• Leroi-Gourhan A. (1984). L’art des Cavernes. Atlas des Grottes Ornées Paléolithiques Françaises. Paris. Ministère de la Culture.

  • Lewis-Williams D. (2002a). The mind in the Cave. London: Thames and Hudson.

  • Lewis-Williams D. (2002b). A Cosmos in Stone. Interpreting Religion and Society through Rock Art. Walnut Creek: Alta Mira Press.

  • Lewis-Williams D. (2010). Conceiving God. The Cognitive Origin and Evolution of Religion. London: Thames and Hudson.

  • Macalister R.A.S. (1911). The Excavation of Gezer. Volume I. London: Committee of the Palestine Exploration Fund by J. Murray.

  • Macalister R.A.S. (1912). The Excavation of Gezer. Volume II. London: Committee of the Palestine Exploration Fund by J. Murray.

  • Moyes H. (2012). Sacred Darkness. A Global Perspective on the Ritual Use of Caves. Boulder: University Press of Colorado.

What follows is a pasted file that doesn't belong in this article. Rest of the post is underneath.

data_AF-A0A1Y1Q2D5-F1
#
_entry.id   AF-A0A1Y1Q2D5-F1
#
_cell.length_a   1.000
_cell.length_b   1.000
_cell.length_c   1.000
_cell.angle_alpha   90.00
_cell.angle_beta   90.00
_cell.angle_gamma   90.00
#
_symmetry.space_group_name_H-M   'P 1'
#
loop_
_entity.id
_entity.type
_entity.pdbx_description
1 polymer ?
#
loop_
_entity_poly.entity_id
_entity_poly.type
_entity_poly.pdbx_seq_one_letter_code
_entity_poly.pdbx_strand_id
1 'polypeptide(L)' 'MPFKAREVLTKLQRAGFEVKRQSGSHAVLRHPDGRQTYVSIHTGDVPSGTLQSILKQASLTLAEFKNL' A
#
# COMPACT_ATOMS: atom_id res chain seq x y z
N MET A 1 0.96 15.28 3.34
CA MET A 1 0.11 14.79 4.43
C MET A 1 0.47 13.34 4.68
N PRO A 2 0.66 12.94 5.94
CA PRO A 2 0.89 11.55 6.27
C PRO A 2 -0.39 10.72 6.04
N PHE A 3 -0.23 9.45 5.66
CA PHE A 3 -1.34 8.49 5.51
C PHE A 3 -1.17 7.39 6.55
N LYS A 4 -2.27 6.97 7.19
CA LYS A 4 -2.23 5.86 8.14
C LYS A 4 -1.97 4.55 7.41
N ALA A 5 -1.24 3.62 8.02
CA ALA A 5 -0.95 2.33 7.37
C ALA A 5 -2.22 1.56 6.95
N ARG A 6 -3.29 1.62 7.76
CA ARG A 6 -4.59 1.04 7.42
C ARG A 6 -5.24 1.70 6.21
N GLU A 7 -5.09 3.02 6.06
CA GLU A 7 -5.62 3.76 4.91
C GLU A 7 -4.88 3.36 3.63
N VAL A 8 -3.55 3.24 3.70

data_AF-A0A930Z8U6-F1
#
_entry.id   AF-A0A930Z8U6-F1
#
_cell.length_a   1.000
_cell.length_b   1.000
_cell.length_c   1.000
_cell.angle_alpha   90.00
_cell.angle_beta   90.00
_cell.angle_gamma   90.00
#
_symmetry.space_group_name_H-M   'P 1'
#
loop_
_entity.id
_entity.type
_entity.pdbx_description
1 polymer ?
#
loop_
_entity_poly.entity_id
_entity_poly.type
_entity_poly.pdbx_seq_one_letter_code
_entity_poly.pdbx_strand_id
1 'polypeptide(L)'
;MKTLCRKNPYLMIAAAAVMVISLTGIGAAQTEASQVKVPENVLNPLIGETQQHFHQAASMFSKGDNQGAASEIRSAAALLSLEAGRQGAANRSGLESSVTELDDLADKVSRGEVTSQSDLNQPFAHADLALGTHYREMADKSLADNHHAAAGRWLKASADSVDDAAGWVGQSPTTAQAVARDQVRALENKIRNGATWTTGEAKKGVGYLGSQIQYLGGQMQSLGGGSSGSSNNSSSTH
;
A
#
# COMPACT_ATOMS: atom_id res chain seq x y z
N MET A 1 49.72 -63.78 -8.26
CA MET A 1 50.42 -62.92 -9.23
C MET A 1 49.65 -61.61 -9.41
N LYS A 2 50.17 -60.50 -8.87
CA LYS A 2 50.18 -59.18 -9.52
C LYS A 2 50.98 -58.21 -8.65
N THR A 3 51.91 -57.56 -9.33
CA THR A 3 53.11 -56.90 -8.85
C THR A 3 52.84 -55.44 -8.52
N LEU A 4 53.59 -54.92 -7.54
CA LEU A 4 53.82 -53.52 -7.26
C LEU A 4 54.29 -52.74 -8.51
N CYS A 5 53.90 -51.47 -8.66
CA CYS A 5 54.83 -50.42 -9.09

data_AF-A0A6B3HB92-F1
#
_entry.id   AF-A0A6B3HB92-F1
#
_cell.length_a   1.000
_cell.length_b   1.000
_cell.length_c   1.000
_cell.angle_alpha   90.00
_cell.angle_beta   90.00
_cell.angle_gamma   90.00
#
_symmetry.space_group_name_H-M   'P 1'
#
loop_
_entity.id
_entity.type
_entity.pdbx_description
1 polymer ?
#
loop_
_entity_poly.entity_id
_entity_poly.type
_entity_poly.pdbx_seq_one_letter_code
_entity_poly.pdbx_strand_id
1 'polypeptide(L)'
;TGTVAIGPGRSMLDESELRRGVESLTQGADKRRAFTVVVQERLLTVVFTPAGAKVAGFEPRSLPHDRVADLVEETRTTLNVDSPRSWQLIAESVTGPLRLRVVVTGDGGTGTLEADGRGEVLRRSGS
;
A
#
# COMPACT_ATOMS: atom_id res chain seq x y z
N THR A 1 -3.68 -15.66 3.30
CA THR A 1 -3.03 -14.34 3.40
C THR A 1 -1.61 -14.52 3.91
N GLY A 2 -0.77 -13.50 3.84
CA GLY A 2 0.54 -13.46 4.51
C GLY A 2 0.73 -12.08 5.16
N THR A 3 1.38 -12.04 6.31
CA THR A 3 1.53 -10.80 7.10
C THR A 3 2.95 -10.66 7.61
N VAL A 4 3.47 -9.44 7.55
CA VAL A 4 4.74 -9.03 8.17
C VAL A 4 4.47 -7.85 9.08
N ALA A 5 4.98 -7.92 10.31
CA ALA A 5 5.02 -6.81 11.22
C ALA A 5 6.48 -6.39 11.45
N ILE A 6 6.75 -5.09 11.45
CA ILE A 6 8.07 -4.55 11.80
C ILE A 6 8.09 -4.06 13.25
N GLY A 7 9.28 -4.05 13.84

• Nativ A. (2014). Prioritizing Death and Society. The Archaeology of Chalcolithic and Contemporary Cemeteries in the Southern Levant. Durham: Acumen.

  • Neuville R. (1930). Notes de Préhistoire Palestinienne. Journal of the Palestine Oriental Society 10: 64–78.

  • Rowan Y. and Ilan D. (2012). The Subterranean Landscape of the Southern Levant during the Chalcolithic Period. In Moyes H. (ed.). Sacred Darkness. A Global Perspective on the Ritual Use of Caves. Boulder: University Press of Colorado. Pp. 87–109.

  • Shanon B. (2002). The Antipodes of the Mind. Oxford: Oxford University Press.

  • Schaub R. and Rast W. (1989). Bâb edh Dhrâ‘. Excavations in the Cemetery Directed by Paul W. Lapp (1965–1967). Winona Lake: Eisenbrauns.

  • Sieveking A. (1979). The Cave Artists. London: Thames and Hudson.

  • Sireteanu R. Oertel V. Mohr H. Linden D. Singer W. (2008). Graphical illustration and functional neuroimaging of visual hallucinations during prolonged blindfolding: a comparison to visual imagery. Perception 37: 1805–1821.